Heart disease is a killer that strikes more women than men, and is more deadly than all forms of cancer combined. While one in 31 American women dies from breast cancer each year, heart disease claims the lives of one in three. That’s roughly one death each minute. Any woman can get heart disease, and the signs and symptoms can be very different than those seen in men.
On June 8, the DMC joined the American Heart Association to raise money for research that will help save lives and prolong others. The Heart Walk was extremely successful this year: more than 10,000 walkers from 100 companies raised $1,300,000. That was $70,000 more than last year. This research goes to help creating new milestones in heart disease treatment. Yet public education about the importance of knowing the symptoms of a heart attack hasn’t kept pace, especially among women.
Interventional cardiologist Cindy Grines, MD, of the DMC Cardiovascular Institute explains, “Most people believe the telltale sign of a heart attack is extreme chest pain. But in reality, women are somewhat more likely to experience shortness of breath, nausea/vomiting and back or jaw pain. Women might not have chest pain. If they do, they might call it an achy, tight or ‘heavy’ feeling instead of pain. The pain might even be in the back between the shoulder blades, instead of the chest. Other symptoms women should look out for are dizziness, lightheadedness or fainting, pain in the lower chest or upper abdomen and extreme fatigue.”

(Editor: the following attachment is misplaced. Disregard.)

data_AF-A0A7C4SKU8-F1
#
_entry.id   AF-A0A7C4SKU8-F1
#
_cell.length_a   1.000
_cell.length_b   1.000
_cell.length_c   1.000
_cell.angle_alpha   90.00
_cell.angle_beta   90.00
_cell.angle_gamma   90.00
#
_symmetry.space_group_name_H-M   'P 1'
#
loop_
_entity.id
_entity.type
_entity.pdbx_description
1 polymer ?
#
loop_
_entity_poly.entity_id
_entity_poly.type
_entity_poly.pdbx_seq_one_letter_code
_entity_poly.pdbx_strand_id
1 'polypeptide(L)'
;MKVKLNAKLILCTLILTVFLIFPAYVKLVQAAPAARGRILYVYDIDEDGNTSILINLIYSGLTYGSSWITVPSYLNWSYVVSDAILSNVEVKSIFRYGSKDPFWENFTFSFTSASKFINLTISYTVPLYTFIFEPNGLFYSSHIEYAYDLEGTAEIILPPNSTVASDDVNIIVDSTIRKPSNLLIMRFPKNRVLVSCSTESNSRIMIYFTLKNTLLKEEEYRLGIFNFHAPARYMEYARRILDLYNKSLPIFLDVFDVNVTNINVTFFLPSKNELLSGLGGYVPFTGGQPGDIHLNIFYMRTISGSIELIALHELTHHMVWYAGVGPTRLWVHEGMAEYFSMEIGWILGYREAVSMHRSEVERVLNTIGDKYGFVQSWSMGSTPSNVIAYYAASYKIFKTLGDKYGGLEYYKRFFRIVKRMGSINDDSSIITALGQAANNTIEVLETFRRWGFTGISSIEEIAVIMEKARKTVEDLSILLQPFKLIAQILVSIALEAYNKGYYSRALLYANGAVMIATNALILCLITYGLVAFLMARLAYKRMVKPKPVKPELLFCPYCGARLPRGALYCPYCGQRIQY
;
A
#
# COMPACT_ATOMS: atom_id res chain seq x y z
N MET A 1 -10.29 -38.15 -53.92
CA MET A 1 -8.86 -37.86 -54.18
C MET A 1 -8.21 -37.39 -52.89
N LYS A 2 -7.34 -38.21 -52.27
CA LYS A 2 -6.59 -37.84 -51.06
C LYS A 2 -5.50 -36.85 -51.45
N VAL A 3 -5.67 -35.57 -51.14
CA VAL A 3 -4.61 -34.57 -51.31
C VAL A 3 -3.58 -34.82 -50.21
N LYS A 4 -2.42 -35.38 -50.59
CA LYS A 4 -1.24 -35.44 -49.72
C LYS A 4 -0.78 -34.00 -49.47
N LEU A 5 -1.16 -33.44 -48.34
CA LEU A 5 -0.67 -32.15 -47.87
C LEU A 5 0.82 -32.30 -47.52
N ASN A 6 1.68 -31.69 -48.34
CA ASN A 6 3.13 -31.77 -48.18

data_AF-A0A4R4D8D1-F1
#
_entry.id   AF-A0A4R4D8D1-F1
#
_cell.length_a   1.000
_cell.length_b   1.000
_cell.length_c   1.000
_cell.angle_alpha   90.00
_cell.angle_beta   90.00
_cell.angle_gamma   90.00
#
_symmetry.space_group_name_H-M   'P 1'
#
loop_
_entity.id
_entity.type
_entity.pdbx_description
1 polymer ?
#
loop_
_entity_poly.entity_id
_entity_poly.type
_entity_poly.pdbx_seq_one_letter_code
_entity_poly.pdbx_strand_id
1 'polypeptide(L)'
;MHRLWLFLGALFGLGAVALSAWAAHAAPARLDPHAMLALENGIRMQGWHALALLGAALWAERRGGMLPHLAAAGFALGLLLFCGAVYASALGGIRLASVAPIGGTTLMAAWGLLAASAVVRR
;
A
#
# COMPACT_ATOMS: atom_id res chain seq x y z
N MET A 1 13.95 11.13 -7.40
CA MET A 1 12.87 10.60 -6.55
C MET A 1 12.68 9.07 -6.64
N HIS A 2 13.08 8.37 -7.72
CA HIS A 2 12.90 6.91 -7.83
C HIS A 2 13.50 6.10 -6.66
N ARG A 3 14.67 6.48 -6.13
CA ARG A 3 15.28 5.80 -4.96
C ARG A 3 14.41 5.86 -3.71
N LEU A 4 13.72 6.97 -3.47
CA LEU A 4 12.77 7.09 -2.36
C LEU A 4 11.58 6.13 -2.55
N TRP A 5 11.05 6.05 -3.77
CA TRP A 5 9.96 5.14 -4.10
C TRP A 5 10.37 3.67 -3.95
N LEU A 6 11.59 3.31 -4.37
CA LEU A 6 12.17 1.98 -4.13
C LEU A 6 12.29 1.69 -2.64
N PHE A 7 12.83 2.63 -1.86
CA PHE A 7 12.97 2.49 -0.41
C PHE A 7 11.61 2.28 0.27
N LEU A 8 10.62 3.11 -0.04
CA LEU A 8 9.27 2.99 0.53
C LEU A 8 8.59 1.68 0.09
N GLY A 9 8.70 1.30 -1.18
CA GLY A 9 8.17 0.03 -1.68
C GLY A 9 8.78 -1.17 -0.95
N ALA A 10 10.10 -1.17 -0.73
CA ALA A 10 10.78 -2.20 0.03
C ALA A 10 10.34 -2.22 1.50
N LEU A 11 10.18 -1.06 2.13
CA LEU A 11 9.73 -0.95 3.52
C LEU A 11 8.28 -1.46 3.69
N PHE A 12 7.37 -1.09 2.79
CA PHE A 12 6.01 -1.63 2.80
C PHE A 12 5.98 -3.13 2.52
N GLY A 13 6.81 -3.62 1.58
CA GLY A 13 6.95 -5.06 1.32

For those of you who walked and/or raised money for the 2013 Heart Walk, your Awards Party is Thursday, August 8 at the Joe Louis Arena, at 6:30 p.m. You have earned respect and the gratitude of all of us who treat patients with heart disease every day.
Please become familiar with the symptoms of a heart attack. It’s something you can do for those who love you. We hope you never do, but if you need to be treated for a heart attack, the DMC has a world-class Cardiovascular Institute. We are “always there” to help you. It’s your life. It’s our life’s work.
I look forward to your comments.
Iris A. Taylor, PhD, RN
President, DMC Detroit Receiving Hospital